30 DoL – Louis Zamperini -Trust in the Depths of WWII

Louis Zamperini and Trust

As I watch this video, (click above) detailing Luis Zamperini’s  ordeal during World War II in Japanese POW camps I wonder, how did he find bits and shreds of hope as he went along?

I know some survivors of trauma fared worse, because they had already experienced trauma before war. Some survived because they were tough before World War II — that is Louis Zamperini’s story.

NPR describes Laura Hillenbrand‘s biography of  Zamperini- Unbroken as follows:

He was a juvenile delinquent, then a world-class miler; a World War II airman, then a POW grotesquely mistreated by the Japanese.

And the After-War(d)s for Zamperini? This is how Hillenbrand described him during the same interview:

“Louis came home a deeply, deeply haunted man…terrible, terrible nightmares where Louis would wake up screaming … fighting,…… being beaten…

Today Zamperini’s struggles would be recognized as post-traumatic stress disorder, or PTSD.

Once the war is over physically, it’s not over emotionally,

Not nearly.”

I wish Hillenbrand’s spot-on description of PTSD was around when my grandmother, father, brother and sister came home from being held prisoner by the Japanese. They came “home” only months before they had been as close to death as the allied POW’s, and almost as skeletal. Their new “home” was not Indonesia, but war-torn The Netherlands.

I will mark for us points of healing. Tomorrow, some of Zampirini’s.

Meantime, contemplate the emotional/mental/spiritual struggles which were so hard for  survivors after valiently finding physical ways to survive.

I still have such  day to day struggles today. The trials I have survived are mild, yet these are the day to day struggles I have.  I benefit from sharing such thoughts with  survivors of “the unspeakable.” Will you speak anyway to me, even if you too experienced the unspeakable?

Or will you tell me how much more you know now, about the reasons for previous  generations’ silence after suffering?

Here’s a journal entry of mine some time back, attempting to turn past silent sufferingl into the finished novel I want you to read one day:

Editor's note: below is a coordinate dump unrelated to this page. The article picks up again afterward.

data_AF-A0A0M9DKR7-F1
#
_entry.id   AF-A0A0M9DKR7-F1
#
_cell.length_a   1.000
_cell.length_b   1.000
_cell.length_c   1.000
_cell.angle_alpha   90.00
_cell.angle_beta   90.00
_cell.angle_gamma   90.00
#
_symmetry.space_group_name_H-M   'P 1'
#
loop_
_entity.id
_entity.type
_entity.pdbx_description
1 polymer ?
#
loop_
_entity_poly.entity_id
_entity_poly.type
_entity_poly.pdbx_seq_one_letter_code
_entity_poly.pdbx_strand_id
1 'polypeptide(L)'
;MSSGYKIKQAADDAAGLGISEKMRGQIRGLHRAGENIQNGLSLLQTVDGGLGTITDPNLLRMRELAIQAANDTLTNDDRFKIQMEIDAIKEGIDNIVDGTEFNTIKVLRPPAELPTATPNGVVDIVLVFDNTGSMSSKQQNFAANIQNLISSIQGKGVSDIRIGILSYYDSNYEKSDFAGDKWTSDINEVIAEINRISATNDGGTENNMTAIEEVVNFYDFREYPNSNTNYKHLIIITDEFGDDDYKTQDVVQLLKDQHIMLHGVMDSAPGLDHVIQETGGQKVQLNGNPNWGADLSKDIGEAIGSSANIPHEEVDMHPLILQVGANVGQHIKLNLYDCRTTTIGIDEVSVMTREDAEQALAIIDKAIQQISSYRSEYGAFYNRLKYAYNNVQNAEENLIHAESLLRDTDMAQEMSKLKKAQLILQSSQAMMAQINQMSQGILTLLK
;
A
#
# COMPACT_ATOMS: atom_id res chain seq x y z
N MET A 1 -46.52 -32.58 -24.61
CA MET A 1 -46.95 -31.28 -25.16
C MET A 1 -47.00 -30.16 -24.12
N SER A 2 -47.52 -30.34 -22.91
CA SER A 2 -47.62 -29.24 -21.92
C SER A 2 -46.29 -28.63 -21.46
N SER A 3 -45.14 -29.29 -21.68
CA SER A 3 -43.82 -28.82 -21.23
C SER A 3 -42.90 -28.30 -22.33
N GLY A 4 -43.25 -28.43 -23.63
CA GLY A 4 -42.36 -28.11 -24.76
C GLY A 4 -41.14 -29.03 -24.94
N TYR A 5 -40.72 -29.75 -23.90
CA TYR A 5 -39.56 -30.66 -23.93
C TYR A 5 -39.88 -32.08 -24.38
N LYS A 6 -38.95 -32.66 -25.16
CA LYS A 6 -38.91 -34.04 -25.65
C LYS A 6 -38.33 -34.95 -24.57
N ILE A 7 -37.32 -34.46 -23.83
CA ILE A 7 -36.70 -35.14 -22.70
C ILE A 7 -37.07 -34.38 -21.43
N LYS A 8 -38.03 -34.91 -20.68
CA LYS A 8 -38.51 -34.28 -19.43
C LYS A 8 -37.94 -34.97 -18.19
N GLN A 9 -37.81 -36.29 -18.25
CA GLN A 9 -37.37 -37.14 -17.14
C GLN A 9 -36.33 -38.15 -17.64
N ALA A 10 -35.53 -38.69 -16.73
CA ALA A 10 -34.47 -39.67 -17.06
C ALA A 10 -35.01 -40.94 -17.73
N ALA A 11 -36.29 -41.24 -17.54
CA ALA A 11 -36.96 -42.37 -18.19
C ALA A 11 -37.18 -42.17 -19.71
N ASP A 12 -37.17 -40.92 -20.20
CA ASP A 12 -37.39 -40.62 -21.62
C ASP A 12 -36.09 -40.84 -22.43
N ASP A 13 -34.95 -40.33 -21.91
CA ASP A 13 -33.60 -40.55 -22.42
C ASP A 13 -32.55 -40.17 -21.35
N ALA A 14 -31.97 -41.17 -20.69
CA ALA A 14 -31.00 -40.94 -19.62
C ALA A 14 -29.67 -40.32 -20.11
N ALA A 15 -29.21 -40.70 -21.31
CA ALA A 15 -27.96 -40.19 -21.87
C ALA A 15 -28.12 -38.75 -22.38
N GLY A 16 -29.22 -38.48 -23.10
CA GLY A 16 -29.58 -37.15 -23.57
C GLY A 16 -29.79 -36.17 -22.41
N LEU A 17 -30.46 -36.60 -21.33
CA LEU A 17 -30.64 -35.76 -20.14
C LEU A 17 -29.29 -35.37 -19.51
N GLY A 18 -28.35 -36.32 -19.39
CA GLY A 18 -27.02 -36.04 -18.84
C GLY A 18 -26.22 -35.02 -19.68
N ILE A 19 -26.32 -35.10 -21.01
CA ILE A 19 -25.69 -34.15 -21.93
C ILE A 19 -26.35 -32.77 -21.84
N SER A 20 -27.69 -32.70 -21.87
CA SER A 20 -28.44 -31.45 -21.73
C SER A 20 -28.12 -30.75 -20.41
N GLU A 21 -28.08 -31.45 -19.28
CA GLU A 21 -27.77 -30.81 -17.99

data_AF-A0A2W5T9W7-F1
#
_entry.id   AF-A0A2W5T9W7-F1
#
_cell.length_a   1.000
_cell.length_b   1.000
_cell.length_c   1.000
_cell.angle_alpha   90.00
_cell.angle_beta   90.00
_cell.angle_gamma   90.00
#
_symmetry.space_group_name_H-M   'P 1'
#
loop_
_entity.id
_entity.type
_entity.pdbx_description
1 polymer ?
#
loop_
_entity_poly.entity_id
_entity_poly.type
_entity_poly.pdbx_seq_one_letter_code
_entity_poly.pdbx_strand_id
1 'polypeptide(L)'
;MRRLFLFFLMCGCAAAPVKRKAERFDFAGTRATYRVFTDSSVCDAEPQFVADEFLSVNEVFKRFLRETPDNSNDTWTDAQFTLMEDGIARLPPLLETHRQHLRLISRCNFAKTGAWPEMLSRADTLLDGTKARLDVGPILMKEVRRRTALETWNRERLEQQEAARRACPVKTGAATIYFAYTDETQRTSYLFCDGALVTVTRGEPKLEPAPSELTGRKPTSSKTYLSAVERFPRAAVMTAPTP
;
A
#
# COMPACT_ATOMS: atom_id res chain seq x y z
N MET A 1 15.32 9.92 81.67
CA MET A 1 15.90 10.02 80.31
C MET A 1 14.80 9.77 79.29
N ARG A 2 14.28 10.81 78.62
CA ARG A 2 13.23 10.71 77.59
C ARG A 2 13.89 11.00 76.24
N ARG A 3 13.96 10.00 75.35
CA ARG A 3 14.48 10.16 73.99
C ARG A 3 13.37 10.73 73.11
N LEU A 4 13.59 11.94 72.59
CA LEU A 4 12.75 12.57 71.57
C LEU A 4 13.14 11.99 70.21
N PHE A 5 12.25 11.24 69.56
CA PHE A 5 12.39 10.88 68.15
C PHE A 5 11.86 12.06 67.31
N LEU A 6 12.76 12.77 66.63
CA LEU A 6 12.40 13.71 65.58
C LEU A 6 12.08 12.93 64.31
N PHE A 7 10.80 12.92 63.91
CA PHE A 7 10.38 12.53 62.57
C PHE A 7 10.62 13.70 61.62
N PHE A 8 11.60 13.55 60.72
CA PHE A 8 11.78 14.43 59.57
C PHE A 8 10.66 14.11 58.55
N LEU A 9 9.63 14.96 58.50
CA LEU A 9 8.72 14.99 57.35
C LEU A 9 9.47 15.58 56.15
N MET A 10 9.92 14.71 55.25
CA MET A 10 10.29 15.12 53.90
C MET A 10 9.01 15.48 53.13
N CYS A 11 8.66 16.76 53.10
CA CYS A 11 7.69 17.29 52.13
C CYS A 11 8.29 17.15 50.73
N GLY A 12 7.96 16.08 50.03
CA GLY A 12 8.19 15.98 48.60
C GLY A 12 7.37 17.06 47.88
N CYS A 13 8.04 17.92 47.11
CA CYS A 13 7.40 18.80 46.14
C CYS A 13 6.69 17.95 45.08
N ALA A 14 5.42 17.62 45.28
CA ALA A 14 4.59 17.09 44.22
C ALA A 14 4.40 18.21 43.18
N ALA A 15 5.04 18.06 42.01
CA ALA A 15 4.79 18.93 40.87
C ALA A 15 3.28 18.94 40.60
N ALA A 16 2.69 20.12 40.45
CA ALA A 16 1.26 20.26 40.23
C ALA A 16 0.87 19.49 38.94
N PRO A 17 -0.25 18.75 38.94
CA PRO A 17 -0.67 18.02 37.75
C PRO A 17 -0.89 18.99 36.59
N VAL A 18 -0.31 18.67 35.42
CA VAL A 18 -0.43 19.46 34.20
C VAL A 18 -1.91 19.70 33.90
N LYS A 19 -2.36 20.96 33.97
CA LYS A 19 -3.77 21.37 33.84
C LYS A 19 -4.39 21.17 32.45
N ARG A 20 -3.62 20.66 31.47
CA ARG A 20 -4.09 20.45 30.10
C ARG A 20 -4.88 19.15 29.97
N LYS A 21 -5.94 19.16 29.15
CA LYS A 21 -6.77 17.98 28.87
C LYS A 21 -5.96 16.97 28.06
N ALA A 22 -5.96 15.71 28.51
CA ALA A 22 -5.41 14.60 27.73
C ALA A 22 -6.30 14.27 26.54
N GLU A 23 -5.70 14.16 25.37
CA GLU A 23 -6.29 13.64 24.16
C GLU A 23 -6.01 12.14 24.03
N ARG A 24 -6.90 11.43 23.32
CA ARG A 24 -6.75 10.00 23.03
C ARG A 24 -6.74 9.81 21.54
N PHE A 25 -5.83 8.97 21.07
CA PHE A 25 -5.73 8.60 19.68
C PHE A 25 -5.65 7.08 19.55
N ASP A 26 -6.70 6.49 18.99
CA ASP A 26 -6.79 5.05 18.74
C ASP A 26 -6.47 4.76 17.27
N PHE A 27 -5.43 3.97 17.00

Why do I find such satisfaction in feeling and believing now this life of mine can work today…or these goals of mine can work?

I know one part that’s great is I can feel there is direction for me and you.

Such times are a lot like King David’s Psalm 119. God’s directions really is a lamp unto my feet, lighting up my path.

But I need help, with all those times that developing these thoughts, ah, now I know, is really about not trusting God, about wanting all the guarantees up front, and then maybe I’ll do my part, after I know.

I do my part anyway. I thank God for always loving me, and you —  first.

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2 Responses to “ “30 DoL – Louis Zamperini -Trust in the Depths of WWII”

  1. Nancy Benich says:

    I often wonder if my father suffered trauma when a Japanese Kamakazi plane flew into his ship during WWII. The plane did not explode miraculously, but the Japanese pilot died. The goal was for the American ship and its crew to die. My mother told me about the incident, which happened before I was born. My father never spoke of it. I wonder if he thought he had been spared for a reason. I wonder why he abused alcohol when life was really pretty good.

  2. Janneke says:

    I wonder with my Dad too. I don’t know what his toughest times were during World War II. Like you, most of those I did know, came from my mother.

    All my father told us was that he broke his nose fighting for bread, in the midst of his years of starvation. He emphasized that he fought after liberation 8/17/45; he must have desperately wanted to be seen as brave after he and over 100,000 others were imprisoned for so long. At his memorial in 2008 I learned from my aunt and uncle, who also survived the camps, that his bravery was actually to go find his family, bring them together during the dangerous Bersiap period, and find them a makeshift home.

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